Q&A: Why Do Online Schools Have Principals?

Q&A: Do Online Schools Have Principals?

Answer: There are typically principals at online schools in much the same way as traditional schools. However, the students are generally not introduced to the principal at an online school in the same fashion. Parents can expect to receive some form of a welcome letter to the school including a message from the principal, an outline of the curriculum, log-in information to the classroom site, and important regulations concerning the school's policies.

The principal generally works from an administrative office where the online school is located, overseeing the teachers and acting as support when questions or concerns arise. If a parent has a concern about their student's progress, the teacher is typically the first person they should contact and arrange a meeting time with, which most likely would occur over the phone. Because participating in online education does not require or may not offer face-to-face encounters, parents and students should expect interactions between families and the principals to be much different than in a traditional school setting.

Most of the family's communication will be with the child's teacher. There will normally be office hours posted for students with available times that the teacher can be contacted. Students should also expect there to be a weekly log-in time where each student and the teacher logs into a live classroom site. Online schooling requires student dedication and motivation to keep track of when daily and weekly assignments are due. If and when questions do arise, it is imperative that the student and family keep the lines of communication with the teacher open. The online school principal, however, should be expected to be there if additional support is needed.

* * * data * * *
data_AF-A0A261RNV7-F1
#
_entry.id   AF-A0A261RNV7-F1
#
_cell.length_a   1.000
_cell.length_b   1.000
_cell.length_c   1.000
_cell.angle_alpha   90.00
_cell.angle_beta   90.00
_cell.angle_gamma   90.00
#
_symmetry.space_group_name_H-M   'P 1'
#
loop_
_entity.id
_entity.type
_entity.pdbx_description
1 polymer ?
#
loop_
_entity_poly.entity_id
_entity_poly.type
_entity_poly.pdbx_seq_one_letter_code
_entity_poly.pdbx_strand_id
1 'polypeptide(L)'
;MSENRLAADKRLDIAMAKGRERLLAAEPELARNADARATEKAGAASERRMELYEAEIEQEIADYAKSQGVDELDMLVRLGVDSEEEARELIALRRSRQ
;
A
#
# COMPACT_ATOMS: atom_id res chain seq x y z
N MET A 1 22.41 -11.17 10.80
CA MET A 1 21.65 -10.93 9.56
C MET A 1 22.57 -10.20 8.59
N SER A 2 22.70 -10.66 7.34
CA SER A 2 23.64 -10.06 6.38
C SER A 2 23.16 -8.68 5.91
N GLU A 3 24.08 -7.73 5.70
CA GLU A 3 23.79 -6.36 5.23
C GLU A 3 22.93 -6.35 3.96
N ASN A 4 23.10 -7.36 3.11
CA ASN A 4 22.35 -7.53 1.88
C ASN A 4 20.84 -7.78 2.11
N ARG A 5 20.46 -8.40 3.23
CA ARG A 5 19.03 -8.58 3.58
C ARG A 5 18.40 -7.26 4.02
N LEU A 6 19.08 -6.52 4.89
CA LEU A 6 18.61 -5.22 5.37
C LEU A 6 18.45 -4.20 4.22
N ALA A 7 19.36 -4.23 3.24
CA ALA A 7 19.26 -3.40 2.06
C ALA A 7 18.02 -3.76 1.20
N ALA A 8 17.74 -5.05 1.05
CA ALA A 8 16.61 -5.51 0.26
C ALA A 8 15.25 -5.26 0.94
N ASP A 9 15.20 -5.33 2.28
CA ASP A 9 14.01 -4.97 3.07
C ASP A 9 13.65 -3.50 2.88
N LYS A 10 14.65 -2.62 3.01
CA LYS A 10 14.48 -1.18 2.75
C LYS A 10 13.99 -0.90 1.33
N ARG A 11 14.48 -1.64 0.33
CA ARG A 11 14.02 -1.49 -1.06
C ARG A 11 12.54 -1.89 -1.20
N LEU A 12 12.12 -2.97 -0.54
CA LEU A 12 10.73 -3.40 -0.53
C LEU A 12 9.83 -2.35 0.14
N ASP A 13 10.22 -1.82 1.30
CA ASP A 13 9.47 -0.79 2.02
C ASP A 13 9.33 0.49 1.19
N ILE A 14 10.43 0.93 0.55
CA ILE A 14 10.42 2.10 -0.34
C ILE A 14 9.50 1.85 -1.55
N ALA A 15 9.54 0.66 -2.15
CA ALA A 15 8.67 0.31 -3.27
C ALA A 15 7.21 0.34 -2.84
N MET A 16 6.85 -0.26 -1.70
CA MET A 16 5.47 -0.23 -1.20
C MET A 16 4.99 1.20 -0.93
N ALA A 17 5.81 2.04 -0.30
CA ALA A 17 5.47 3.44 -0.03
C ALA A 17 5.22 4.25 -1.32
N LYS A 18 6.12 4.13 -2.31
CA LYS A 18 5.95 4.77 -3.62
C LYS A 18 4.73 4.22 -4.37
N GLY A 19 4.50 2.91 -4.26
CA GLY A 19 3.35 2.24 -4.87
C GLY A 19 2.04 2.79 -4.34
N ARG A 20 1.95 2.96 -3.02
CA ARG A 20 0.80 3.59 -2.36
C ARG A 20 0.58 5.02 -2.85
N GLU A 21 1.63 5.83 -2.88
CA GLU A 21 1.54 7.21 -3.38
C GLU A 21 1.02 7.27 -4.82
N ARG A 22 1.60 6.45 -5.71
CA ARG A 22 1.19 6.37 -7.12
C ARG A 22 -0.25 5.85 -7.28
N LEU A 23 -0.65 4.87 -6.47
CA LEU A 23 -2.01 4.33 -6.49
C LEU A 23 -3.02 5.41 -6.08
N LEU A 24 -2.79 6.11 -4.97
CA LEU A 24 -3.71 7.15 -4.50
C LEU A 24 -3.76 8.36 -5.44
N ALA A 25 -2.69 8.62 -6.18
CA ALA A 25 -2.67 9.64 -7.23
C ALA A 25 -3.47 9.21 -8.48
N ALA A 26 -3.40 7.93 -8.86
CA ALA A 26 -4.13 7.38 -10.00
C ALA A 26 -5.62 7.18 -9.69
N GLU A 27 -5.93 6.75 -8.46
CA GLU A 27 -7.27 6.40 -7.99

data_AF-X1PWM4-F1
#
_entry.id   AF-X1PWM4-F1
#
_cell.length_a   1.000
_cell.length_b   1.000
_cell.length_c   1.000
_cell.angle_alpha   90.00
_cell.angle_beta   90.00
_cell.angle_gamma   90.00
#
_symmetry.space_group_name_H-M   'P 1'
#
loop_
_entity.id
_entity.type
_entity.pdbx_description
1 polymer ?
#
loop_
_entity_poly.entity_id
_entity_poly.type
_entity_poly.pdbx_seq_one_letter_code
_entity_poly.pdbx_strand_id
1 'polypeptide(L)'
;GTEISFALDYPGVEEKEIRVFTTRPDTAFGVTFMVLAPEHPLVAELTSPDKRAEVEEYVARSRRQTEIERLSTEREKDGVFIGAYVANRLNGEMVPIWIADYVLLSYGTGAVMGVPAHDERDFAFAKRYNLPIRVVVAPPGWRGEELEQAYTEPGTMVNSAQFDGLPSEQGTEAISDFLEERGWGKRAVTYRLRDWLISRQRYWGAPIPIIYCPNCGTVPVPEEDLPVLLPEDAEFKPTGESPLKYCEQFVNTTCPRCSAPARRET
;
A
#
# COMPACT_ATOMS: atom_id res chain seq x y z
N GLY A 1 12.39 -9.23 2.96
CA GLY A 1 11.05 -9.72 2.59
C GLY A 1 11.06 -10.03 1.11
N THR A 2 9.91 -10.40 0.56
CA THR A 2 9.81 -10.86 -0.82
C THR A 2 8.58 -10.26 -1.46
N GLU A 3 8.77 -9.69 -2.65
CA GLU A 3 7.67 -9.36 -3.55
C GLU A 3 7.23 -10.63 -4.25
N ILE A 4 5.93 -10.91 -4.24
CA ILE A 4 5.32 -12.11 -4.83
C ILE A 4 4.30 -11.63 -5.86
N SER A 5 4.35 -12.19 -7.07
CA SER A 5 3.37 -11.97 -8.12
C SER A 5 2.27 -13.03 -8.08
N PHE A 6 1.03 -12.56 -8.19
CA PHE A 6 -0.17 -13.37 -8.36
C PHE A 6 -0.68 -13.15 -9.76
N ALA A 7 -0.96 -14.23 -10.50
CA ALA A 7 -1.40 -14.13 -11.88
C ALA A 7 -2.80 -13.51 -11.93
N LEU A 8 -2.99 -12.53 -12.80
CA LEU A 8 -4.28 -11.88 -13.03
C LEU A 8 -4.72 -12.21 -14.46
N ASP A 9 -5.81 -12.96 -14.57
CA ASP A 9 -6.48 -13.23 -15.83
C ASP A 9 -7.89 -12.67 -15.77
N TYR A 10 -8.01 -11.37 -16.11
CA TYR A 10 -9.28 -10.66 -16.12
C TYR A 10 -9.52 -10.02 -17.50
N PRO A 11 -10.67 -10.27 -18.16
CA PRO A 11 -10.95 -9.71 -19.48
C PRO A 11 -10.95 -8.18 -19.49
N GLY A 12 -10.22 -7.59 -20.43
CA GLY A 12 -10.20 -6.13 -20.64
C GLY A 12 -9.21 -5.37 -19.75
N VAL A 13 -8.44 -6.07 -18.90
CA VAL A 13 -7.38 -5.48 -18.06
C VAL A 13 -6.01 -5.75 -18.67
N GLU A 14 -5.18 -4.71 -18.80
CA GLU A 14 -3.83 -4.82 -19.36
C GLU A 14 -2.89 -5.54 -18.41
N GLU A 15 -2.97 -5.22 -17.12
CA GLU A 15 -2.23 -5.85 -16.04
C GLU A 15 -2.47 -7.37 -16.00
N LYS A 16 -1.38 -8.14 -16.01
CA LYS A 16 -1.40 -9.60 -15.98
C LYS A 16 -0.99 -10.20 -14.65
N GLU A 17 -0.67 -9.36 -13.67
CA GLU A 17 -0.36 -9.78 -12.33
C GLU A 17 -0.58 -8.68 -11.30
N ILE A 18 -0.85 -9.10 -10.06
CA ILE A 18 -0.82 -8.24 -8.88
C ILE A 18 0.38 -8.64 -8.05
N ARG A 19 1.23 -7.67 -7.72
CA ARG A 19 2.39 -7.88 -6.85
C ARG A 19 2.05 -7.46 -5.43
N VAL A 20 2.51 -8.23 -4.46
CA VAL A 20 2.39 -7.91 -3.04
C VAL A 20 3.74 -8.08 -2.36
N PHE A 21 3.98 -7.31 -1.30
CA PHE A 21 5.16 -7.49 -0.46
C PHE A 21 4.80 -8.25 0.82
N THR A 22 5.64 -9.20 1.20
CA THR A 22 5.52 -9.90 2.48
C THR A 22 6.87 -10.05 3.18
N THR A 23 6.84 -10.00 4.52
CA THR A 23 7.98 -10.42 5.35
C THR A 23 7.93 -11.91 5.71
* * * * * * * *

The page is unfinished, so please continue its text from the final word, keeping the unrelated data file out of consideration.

Christi WilsonChristi Wilson is a credentialed teacher of highly-gifted students in Northern Nevada. She has 11 years of classroom teaching experience, a bachelor’s degree in elementary education, a master’s degree in education leadership, and has even taught K-12 education online. A mother of three busy boys, she knows how important it is to keep students engaged in the classroom and interested in a lifetime of learning.

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